This just in: it is not raining in central Pennsylvania as of this writing. The mid-state made national news this week as torrential rains turned Hershey and Hummelstown into one, giant pond and pushed the Susquehanna River over its banks. Enough rain fell to fill 3.3 million Olympic-sized swimming pools, according to the Bureau of Arcane and Mostly Useless Weather Facts.
President Donald Trump this morning strode into the Rose Garden and informed the nation that the GDP rose by more than 4 percent in the previous quarter, with all economic signs trending up. Memo to the president: to stave off any mid-term GOP electoral trouble, you may wanna talk about only the economy until November. We are not kidding. Literally, don’t say a word about anything else.
Meanwhile, on Capitol Hill, members of the so-called “Freedom Caucus” have filed articles of impeachment against Deputy Attorney General Rod Rosenstein for… something. Their efforts lasted all of 24 hours before House Speaker Paul Ryan tossed a bucket of cold water on them, saying, “Yeah, we aren’t gonna do that.”
U.S. Sen. Pat Toomey was awfully busy this week, first announcing that he will be an emphatic “yes” on Supreme Court nominee Brett Kavanaugh. This will undoubtedly cause Kavanaugh’s opponents to inundate his office with calls asking him to vote no, which is never going to happen.
Toomey also took some time out of his schedule to blast President Trump’s farm tariff solution, which is apparently to just hand $12 billion in subsidies to farmers hurt by his own tariffs, or as Toomey calls it, “putting a band-aid on a self-inflicted wound.” It seems that nothing causes Toomey to part ways with Trump faster than trade policy.
For his part, Trump will travel to Pennsylvania next week to do some rallying and campaigning for Congressman Lou Barletta, who can’t seem to gain any traction in his bid to unseat Sen. Bob Casey Jr. The clock is not Barletta’s friend at this point, so he could likely use some Trumping.
State Attorney General Josh Shapiro this week penned a letter to Pope Francis, asking him to intervene in the ongoing grand jury report dispute between Shapiro, the courts, and the Catholic Church. Nothing like going straight to the top of the food chain. Shapiro does not take “no” for an answer very well.
The other AG, state Auditor General Eugene DePasquale, seems to have carved out quite the policy niche as the highest-ranking PA public official in favor of the legalization of recreational marijuana. DePasquale often touts the $500 million in annual tax revenue that legal weed could produce, but this week he sweetened the pot (see what we did there?) by showing how many tourism dollars we are losing to states that have already legalized it. Pennsylvania: see the Liberty Bell, smoke a bowl.
A Pennsylvania casino company is having a devil of a time convincing central Pennsylvania residents that building a small casino in their community won’t turn it into a set from the Sopranos. The same arguments that anti-casino forces made in 2004 (Pennsylvania = Gomorrah) get trotted out each time somebody wants to open one, despite mountains of evidence to the contrary. They are not meth labs, folks. Just casinos.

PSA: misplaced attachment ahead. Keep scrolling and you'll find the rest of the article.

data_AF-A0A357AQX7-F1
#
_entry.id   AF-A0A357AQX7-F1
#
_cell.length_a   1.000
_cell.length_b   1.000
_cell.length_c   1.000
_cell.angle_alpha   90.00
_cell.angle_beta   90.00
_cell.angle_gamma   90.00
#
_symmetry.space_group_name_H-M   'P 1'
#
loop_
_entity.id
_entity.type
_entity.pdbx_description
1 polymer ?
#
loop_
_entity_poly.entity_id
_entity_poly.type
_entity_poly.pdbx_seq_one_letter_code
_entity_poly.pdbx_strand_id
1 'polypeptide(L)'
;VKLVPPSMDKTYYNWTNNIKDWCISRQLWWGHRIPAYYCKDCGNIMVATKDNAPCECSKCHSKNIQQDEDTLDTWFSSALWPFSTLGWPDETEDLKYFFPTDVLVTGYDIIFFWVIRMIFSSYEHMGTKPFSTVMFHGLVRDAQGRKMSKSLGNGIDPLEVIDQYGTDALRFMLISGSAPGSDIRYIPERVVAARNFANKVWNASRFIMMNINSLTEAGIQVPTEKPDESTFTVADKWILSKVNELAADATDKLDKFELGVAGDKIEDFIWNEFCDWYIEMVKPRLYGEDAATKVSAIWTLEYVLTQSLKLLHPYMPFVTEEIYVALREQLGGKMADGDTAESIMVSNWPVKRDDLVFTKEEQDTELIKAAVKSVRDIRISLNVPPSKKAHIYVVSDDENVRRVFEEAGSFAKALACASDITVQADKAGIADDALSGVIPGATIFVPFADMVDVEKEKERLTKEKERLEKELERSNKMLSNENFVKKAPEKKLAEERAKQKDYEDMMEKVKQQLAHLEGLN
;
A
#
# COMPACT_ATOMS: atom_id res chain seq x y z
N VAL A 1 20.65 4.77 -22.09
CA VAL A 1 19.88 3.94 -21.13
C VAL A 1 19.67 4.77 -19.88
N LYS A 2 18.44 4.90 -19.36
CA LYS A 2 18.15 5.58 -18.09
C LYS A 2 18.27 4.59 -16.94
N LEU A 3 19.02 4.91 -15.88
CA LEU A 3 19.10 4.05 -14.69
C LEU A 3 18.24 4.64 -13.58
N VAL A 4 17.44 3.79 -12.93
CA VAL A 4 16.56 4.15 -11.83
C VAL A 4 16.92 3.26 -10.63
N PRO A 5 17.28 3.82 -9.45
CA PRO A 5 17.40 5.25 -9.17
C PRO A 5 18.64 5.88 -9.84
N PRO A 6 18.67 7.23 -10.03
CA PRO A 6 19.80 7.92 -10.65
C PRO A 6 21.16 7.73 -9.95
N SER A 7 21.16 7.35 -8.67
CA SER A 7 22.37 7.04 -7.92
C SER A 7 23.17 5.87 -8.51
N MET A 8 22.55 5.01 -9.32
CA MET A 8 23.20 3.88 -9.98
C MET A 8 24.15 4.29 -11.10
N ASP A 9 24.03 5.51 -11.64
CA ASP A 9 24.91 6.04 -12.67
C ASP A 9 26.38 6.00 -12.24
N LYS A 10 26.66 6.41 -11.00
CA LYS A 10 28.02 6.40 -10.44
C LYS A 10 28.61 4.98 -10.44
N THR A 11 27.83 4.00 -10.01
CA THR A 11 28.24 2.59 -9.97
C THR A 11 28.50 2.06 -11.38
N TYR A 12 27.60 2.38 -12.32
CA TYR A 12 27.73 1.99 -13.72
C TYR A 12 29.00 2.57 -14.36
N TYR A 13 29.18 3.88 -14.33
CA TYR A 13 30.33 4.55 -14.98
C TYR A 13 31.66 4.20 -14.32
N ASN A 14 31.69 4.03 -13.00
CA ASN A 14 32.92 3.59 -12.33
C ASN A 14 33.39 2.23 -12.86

Retiring Congressman Bill Shuster shared some thoughts this week on how to fund the nation’s sorely needed infrastructure repair, the cornerstone of which would be to nearly double the federal gasoline tax, then repeal it eight years later and move to a per-mile fee. No word on how this plan might go over with his current GOP colleagues, as most of them fainted upon hearing the details.
Gov. Tom Wolf and his challenger, Scott Wagner, continued their “he said, he said” over public school funding. Wagner maintains that Wolf secretly wants to slash funding for schools, while Wolf said Wagner already supported funding cuts in the past. Regardless, this race continues to be about a 9 on the 1-10 boredom scale. Somebody release a negative ad or something.
Residents of your Capital City came out in droves this week to share their – ahem – unhappiness with a state oversight team’s plan to bring Harrisburg out of Act 47 protection. At the core of that plan is a three-year, 80 percent increase in property taxes for city residents. One resident compared that plan to 1972’s Hurricane Agnes, which pretty much wiped the city out. Seriously, on what planet does anyone believe the way to rescue a city is to slap an 80 percent tax hike on it?
In our Shameless Client Plug this week, our good pals at Pocono Raceway have teamed up with the Pennsylvania Turnpike to host a trucking industry job fair at the raceway tomorrow. Check out the details here if you’ve ever wanted to be a gear jammer!
In our We Can’t Make This Up segment this week, we take you to the North Atlantic, where a 7-foot mako shark by the name of Yinzer roams the waters. If you happen to run into Yinzer, don’t be too concerned about him devouring you. He only eats Primanti sandwiches and pierogies.
That’s what passes for news around here from soggy Harrisburg! Come back next week where we will once again regale you with tales of yore. Or something. From all your friends at Triad, have a great weekend!